To implement embodiments of the present invention, a host may lock the SATA link by sending one synchronization (SYNC) primitive to the device and sustaining a transmit ready (XRDY) primitive. More specifically, via such link locking in FBS mode back-to-back Command FIS (CFIS) transmissions to multiple devices behind the Port Multiplier may be performed. This algorithm takes advantage of the fact that the transmission time for each CFIS is relatively very short as compared to the response time from the device. The aggressive bus ownership with 1-SYNC locking and transmission is needed because hard disk drives may take several micro-seconds to respond, thus allowing a host controller, such as may be present in a chipset component such as an input/output controller hub (ICH), to dispatch back-to-back commands FISs to various devices. By enabling the host to send CFISs aggressively, the number of actively operating PMPs simultaneously can be maximized, in turn maximizing higher bandwidth utilization of, e.g., a 3 gigabytes per second (Gb/s) host link. Piggy-backing CFISes aggressively on a received or transmitted FIS from the device allows multiple CFIS transmissions in burst mode, thus replenishing the PMPs with commands as quickly as possible and in addition filling the drive's command queue to gain maximum performance from NCQ.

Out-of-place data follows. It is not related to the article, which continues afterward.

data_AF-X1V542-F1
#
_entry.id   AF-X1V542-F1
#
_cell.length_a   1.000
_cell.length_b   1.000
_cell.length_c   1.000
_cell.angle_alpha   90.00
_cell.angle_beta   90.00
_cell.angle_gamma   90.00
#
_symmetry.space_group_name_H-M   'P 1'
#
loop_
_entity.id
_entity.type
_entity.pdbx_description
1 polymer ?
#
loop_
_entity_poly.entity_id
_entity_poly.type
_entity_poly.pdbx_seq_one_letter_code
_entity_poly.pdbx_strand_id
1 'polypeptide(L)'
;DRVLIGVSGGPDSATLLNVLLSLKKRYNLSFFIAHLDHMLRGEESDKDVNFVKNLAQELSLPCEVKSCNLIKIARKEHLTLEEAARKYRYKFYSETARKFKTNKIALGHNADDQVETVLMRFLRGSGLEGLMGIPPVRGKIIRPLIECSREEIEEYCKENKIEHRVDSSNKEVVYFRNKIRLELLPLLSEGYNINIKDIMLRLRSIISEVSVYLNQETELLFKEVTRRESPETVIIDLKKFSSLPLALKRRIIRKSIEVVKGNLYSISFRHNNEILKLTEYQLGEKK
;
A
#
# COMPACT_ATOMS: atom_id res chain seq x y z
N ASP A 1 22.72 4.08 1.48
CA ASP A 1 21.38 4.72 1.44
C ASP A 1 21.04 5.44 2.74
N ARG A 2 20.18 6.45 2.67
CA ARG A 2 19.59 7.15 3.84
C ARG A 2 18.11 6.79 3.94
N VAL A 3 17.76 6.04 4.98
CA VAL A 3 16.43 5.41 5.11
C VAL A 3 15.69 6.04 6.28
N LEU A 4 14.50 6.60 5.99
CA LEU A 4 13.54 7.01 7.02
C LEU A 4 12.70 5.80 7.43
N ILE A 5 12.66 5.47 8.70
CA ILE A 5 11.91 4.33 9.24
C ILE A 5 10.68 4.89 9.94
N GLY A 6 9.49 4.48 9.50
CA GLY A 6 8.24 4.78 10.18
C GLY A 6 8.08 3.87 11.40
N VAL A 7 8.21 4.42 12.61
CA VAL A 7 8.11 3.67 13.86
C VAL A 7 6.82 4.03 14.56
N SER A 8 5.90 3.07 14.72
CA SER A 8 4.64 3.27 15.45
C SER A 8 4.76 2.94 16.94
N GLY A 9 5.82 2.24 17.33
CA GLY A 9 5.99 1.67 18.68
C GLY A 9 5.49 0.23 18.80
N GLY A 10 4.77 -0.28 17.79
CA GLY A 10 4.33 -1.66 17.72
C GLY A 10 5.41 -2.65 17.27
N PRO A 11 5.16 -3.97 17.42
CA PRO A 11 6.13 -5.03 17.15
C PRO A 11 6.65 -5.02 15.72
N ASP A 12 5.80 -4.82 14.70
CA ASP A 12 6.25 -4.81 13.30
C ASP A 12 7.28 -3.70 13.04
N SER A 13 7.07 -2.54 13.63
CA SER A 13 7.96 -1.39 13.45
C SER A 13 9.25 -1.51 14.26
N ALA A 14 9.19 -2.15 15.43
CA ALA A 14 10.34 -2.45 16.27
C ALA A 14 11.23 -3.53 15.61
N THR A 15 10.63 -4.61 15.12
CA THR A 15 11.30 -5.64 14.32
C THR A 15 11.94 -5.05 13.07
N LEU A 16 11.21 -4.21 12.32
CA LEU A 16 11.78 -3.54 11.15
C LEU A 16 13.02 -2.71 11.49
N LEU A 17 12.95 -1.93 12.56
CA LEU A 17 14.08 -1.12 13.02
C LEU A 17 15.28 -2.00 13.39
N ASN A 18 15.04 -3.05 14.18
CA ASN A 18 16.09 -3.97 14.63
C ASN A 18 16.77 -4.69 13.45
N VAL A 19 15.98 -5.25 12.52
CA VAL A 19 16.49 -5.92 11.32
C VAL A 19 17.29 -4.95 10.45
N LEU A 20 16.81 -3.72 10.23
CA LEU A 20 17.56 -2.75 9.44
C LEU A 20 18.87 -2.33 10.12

FIG. 1 is a block diagram of a computer system which may be used with embodiments of the present invention. The computer system 10 includes a central processor 20 that is coupled to a chipset 30, which in turn is coupled to a system memory 40. In one embodiment, a system memory controller is located within a north bridge 32 of chipset 30. In another embodiment, a system memory controller is located on the same chip as central processor 20. Information, instructions, and other data may be stored in system memory 40 for use by central processor 20 as well as many other potential devices.